We didn’t know with certainty that Michael had found a Heywood-Wakefield Miami bedroom set on Craigslist. Even when David and I examined it, we suspected but couldn’t confirm that Heywood-Wakefield manufactured it. No labels or logos — except for the refinisher.
And the wood didn’t have an authentic Heywood-Wakefield finish:
We bought the set from a television production assistant who acquires props for television shows. Is that cool or what? I don’t know where or if this set appeared on TV, but we found it sitting in his garage. We toted off the vanity, chest, nightstand, headboard and footboard. And a vanity seat that doesn’t match.
When we arrived home, David pulled out his Heywood-Wakefield books and verified the heritage. The original pieces came in Champagne or Wheat finishes but our refinished bedroom set appears to sport a medium-to-dark walnut finish. However, there are areas where the original birch’s golden hue bleeds through the darker walnut color.
Heywood-Wakefield Miami Bedroom Set
Heywood-Wakefield manufactured the Miami bedroom collection for a very short period, between 1941-42, as part of their Streamline Modern furniture line. This popular series became notable for the curved front design.
The Niagara collection, which we do not posses, shows an more extreme example of the bowed front and curved drawers, achieved by steaming and bending solid wood. Leo Jiranek designed both the Niagara and Miami collections.
Jiranek’s Heywood-Wakefield Miami bedroom set presents a boxier shape than the curvy, sexy Niagara. Yet the gently curved edges convey graceful lines, pleasing proportions, and high utility.
This next photo shows a Miami vanity with an original finish. The matching seat is authentic Heywood-Wakefield. Alas, we own neither this vanity nor stool. I want that stool. Our vanity matches the vanity shape but has a darker brown color. Isn’t that mirror fabulous? Bakelite clips hold the mirror in place.
David’s Woodworking Heroics
In generally good condition, the Heywood-Wakefield Miami bedroom set still needed work. David conducted an inventory of what he had to do. Our next blog post will detail how he improved the worn finish and sticky drawers.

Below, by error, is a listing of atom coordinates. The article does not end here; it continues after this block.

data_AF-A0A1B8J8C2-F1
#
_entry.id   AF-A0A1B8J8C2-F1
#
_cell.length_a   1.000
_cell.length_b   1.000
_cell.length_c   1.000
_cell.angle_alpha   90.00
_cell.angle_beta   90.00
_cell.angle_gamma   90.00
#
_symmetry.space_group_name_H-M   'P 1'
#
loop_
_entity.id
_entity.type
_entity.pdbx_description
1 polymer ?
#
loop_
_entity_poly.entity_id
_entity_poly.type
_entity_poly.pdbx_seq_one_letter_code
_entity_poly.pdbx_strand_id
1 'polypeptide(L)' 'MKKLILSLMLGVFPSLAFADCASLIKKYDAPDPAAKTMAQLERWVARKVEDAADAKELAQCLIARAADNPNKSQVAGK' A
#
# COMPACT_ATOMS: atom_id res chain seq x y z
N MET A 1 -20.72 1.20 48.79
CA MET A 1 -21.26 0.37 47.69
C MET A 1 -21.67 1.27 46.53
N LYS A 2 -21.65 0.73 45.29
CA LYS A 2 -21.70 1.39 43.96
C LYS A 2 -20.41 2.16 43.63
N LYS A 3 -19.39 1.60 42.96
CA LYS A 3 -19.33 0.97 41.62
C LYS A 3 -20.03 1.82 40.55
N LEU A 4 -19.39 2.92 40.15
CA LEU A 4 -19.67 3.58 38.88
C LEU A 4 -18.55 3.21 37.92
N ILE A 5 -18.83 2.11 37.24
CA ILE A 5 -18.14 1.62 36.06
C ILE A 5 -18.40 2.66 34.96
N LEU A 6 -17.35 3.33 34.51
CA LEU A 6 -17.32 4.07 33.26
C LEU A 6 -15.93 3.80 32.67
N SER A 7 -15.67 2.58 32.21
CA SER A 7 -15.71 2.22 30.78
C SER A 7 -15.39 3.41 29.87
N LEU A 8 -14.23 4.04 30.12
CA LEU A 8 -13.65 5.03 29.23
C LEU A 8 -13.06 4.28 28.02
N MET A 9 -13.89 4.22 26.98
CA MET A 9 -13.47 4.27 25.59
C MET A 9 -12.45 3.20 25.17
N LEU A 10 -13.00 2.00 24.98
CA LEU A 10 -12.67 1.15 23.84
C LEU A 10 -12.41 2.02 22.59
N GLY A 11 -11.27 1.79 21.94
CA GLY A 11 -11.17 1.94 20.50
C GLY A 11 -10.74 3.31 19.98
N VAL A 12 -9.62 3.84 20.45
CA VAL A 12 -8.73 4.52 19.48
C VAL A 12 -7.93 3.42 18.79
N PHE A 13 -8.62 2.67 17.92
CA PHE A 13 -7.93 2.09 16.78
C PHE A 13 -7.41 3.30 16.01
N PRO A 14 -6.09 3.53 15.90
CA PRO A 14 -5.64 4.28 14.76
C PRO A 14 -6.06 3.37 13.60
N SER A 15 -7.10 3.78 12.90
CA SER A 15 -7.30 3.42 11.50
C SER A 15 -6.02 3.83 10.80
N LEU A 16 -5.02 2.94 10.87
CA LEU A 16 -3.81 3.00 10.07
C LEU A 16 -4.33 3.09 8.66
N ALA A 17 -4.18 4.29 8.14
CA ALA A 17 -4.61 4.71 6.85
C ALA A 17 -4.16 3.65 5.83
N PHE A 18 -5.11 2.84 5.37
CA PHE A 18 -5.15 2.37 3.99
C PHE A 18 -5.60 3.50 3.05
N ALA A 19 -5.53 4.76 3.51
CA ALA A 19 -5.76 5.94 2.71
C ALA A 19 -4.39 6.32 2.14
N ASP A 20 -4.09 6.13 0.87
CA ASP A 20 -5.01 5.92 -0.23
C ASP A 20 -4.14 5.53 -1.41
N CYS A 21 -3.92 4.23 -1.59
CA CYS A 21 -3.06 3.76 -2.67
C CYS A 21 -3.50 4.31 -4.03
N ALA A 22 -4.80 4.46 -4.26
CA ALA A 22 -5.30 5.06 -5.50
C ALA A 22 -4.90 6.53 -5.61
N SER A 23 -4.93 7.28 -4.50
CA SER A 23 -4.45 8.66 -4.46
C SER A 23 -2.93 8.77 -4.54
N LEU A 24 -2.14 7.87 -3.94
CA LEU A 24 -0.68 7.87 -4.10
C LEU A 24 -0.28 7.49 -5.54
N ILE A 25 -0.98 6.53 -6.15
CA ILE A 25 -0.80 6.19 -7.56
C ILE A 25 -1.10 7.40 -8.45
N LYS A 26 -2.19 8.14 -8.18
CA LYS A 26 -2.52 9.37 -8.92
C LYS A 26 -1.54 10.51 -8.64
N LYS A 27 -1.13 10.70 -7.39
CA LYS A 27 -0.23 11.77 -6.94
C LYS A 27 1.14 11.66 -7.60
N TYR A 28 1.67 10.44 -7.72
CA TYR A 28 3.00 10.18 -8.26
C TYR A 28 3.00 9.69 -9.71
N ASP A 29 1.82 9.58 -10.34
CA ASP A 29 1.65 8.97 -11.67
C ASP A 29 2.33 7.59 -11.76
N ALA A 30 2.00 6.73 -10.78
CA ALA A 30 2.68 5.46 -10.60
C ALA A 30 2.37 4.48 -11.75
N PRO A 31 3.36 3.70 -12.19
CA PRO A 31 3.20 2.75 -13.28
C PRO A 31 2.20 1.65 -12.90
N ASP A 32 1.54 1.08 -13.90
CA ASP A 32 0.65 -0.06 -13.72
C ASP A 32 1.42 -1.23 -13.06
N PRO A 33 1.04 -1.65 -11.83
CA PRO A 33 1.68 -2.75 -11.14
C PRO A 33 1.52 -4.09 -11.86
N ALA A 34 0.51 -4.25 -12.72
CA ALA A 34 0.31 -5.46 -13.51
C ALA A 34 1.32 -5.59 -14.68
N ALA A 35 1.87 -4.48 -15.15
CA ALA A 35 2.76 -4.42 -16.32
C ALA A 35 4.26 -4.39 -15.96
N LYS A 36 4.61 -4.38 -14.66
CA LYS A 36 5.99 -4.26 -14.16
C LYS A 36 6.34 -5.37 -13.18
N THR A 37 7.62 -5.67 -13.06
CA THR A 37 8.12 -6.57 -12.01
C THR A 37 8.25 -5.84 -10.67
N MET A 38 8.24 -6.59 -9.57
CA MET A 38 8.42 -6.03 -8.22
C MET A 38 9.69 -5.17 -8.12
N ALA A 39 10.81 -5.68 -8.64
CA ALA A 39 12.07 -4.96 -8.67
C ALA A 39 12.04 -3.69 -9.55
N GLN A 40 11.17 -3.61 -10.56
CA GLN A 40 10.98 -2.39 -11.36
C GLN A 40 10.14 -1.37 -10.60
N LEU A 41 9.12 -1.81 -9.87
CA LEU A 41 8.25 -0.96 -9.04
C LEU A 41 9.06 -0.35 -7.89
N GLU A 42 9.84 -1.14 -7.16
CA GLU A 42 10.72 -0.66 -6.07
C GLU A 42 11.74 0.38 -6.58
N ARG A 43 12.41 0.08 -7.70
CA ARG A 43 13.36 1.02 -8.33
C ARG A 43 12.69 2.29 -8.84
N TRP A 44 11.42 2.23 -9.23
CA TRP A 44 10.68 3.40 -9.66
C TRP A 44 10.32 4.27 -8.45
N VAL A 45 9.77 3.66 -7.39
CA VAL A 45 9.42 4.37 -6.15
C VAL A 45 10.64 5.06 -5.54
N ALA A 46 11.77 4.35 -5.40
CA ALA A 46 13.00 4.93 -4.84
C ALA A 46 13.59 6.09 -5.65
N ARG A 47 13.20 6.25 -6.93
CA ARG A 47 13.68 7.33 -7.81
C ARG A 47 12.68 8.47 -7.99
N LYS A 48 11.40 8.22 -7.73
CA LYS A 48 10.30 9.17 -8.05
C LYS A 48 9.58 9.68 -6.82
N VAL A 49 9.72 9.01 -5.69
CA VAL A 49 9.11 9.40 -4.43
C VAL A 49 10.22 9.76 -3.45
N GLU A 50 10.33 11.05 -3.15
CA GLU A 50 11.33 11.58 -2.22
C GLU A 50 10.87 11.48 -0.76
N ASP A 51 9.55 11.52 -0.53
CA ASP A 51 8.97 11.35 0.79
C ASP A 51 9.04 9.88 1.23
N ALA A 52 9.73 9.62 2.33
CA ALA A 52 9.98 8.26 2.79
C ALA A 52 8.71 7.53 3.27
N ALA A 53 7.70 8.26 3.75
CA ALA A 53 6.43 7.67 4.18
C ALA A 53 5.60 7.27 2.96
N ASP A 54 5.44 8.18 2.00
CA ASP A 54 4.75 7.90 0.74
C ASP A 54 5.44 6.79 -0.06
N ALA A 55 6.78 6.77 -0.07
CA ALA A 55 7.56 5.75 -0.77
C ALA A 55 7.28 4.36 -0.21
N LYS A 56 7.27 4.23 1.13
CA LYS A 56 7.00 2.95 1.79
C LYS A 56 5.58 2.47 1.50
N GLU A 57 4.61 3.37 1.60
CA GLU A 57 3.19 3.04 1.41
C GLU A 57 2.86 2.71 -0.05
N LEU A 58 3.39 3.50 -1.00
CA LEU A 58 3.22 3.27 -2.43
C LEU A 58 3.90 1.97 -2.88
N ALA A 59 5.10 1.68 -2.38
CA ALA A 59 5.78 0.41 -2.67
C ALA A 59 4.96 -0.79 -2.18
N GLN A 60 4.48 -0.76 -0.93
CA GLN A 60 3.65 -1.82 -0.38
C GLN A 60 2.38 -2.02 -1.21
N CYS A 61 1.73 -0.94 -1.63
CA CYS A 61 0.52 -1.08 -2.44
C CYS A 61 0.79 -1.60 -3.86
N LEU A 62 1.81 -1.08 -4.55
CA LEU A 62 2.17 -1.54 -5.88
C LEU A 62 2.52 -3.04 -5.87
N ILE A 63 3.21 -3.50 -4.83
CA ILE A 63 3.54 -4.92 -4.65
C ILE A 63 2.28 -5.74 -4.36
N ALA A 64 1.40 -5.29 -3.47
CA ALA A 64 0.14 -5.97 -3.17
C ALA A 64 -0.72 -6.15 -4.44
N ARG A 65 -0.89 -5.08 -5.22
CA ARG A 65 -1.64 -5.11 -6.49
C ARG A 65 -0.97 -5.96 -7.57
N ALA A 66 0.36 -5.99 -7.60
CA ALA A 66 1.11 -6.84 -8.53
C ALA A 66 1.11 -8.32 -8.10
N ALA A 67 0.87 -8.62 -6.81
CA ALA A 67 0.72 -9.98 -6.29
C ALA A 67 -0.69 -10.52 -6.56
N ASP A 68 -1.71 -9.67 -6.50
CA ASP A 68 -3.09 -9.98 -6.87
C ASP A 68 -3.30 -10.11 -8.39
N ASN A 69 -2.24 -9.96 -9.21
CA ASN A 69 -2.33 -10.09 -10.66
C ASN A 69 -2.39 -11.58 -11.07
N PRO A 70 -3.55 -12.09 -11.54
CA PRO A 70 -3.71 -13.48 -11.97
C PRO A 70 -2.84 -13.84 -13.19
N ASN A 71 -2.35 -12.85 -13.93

- Remove random paint splotches — a cautionary tale to those who paint near furniture.
2. Remove top surface paint and blend scratches.
3. Sand all the drawer interiors to remove crud. Here’s an aerial view of the bottom of the nightstand’s top drawer. We’re looking at cigarette burns and unknown spills.
To repeat, David sanded all the drawers. This next photo shows the nightstand’s bottom drawer space. Did a family of dirty pixies live in there? Anyway, once David finished his sanding, I applied shellac.
4. Adjust drawers for smooth sliding.
David staged this photo of the full/queen bed frame on the front lawn right after he finished it,
and the nightstand with the lower drawer that drops down. That bottom drawer, once filthy and inhabited by pixies, reveals a much improved interior:
David and Michael moved the Heywood-Wakefield Miami bedroom set — the chest, vanity, full/queen bed frame, and nightstand — into our booth at Avonlea Antiques and Design Gallery.
Heywood-Wakefield and WWII
The U.S. entrance into World War II in 1941 reshaped Heywood-Wakefield’s production and ended the Miami line. In 1943 the company published a brochure to explain its wartime effort of “a grim, strange cargo” at the expense of “complete and harmoniously designed furniture packages,” Source for this and following quotes, p. 29.
Taking a patriotic stance, Heywood-Wakefield explained their conversion to their customers: “like ourselves . . . [our customers] wish we could serve them better; but they prefer that Heywood-Wakefield ‘serve our country best.'”
Instead of furniture, their Gardner, MA, factory shifted into producing bomb nose fuzes, ack-ack projectiles, gun stocks, saw and pickaxe handles, and barracks chairs. Ready Room chairs, a combo of Heywood-Wakefield’s reclining bus seat, a school room writing desk, and a personal locker, were churned out for U.S. Navy aircraft carriers. Practice shells helped train soldiers on five-inch guns, and field hospital stretchers carried the wounded.
With steel tubing unavailable for beds, Heywood-Wakefield converted its bentwood into ambulance beds. Their brochure states:
Yes, we can make wood ambulance beds in a furniture factory with comparative ease . . . but, please God, grant that we or any other manufacturer may be called upon to produce as few as possible for our boys and those of our allies. p. 30.
Leo “Jerry” Jiranek
A quick word about the designer, Princeton-educated Jerry Jiranek. He began his association with Heywood-Wakefield around 1935 as a freelancer. For 67 years he designed for companies Bassett, Broyhill, Ethan Allen, Heywood-Wakefield, Garrison, Kroehler, Lane, Thomasville, Along the way he acquired the title “Dean of Furniture Designers.” In the mid-1960s he established the Jiranek School of Furniture Design and Technology in NYC to educate people in the furniture industry.
Heywood-Wakefield — A Timeless Love
A woman visited our booth today, looked at the set, and said, “That’s Heywood-Wakefield, isn’t it?” As a young college graduate many years earlier, she had fallen in love with the design. She’s now a grandmother getting ready to downsize, but she still loves Heywood-Wakefield. Always beautiful, always timeless.
Come back for our next post to see how David worked his magic.
Ann Marie and David
Read details on how David repaired this bedroom set.
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